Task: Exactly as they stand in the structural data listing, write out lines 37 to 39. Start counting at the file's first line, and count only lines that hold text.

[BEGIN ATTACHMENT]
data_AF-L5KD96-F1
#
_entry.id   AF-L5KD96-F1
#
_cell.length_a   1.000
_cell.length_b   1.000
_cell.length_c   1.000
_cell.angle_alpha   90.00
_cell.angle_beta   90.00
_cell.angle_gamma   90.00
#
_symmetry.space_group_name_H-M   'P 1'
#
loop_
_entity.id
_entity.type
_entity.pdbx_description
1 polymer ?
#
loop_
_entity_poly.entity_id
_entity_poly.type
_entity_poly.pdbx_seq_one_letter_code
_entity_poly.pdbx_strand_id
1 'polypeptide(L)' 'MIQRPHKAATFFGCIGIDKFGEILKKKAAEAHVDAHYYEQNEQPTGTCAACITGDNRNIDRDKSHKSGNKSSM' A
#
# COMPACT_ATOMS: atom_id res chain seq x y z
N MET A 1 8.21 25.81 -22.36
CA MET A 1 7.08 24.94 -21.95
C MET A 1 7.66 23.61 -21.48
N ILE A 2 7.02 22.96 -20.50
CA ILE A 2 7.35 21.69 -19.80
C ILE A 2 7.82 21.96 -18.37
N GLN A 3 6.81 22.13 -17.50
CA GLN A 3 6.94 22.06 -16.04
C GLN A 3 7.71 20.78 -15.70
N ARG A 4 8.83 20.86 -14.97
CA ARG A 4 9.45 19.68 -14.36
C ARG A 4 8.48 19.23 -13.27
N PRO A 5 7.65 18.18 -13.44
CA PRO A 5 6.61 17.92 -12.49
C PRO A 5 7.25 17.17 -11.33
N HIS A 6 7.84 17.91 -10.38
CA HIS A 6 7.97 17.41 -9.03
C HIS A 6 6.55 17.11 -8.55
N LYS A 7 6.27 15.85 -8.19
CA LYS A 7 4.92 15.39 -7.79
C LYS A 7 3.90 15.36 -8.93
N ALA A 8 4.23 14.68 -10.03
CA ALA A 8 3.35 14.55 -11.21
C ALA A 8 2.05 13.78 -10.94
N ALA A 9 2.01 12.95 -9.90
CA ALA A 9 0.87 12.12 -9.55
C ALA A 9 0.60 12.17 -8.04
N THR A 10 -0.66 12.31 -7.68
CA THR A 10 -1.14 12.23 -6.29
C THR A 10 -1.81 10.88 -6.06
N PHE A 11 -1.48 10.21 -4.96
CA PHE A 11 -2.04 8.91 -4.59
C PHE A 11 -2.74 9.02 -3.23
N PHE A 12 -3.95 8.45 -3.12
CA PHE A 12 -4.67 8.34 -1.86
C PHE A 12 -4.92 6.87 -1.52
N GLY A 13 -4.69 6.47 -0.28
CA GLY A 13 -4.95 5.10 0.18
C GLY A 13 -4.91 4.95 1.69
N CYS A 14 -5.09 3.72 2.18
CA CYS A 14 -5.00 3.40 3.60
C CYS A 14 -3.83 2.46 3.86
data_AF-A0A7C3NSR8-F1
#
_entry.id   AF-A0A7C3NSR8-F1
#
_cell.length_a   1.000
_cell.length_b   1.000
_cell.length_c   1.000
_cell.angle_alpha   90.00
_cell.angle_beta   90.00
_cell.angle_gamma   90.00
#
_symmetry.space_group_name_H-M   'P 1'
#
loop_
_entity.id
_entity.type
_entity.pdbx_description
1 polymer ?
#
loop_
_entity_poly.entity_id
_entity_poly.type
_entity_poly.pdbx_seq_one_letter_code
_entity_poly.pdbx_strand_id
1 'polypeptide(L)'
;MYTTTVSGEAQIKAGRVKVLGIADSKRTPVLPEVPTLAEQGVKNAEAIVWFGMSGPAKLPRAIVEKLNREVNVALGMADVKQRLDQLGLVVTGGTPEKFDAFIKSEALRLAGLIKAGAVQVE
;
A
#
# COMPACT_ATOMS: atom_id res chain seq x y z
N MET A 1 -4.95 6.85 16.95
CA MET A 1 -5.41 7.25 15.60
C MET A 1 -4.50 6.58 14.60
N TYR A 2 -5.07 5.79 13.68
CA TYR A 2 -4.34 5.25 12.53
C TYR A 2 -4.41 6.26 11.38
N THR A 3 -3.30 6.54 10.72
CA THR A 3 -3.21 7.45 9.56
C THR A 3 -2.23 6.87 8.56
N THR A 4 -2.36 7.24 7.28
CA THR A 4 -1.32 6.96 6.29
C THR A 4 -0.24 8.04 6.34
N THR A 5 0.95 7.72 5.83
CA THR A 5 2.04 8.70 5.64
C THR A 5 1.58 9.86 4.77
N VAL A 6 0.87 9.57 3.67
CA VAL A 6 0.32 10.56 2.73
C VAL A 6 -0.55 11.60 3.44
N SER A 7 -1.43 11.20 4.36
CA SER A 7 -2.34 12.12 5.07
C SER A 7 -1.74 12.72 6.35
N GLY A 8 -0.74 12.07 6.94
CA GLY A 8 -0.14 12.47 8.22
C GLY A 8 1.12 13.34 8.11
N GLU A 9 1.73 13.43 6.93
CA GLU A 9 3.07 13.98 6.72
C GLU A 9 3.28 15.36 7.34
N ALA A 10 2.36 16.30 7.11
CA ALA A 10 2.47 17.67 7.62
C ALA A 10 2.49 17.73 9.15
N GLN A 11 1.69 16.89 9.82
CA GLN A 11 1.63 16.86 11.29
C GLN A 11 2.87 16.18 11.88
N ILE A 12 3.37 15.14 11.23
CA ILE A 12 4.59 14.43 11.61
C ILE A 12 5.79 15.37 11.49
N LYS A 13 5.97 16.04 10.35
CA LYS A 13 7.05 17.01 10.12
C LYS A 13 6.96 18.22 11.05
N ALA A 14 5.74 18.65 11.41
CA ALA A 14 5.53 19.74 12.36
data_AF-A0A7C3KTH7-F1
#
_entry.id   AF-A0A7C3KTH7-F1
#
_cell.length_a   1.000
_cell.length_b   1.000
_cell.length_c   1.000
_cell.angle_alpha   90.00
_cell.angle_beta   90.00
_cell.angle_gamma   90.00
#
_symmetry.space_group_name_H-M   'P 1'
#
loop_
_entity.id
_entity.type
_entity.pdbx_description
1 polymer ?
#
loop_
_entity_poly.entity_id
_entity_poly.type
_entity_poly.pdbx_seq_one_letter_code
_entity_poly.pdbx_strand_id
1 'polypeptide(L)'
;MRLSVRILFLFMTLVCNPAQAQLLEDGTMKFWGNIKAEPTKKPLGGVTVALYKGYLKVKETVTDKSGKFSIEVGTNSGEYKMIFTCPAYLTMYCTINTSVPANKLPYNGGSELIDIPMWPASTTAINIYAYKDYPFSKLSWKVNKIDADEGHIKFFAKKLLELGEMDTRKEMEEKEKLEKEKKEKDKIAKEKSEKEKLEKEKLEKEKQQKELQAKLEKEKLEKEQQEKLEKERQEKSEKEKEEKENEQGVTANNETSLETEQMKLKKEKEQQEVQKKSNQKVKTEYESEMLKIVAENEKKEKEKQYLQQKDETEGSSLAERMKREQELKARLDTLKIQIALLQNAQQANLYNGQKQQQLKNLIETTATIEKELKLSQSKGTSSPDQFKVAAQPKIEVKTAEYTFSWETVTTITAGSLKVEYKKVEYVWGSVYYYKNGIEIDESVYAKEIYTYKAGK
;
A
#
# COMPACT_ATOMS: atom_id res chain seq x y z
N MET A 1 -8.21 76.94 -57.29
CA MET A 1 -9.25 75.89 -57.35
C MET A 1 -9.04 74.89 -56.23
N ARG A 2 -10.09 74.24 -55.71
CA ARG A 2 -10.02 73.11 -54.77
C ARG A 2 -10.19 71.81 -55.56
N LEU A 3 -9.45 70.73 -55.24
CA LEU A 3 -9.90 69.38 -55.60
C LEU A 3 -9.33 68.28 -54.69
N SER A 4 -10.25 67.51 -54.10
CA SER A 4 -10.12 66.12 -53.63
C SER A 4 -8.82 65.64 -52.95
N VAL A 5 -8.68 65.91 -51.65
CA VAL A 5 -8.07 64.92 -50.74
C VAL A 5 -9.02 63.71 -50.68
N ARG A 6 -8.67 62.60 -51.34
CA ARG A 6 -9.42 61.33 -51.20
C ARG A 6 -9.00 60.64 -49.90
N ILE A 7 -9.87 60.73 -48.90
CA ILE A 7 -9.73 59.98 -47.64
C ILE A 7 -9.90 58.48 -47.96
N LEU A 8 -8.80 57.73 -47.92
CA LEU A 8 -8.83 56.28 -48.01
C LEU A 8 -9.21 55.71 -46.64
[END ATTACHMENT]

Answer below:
N ARG A 4 8.83 20.86 -14.97
CA ARG A 4 9.45 19.68 -14.36
C ARG A 4 8.48 19.23 -13.27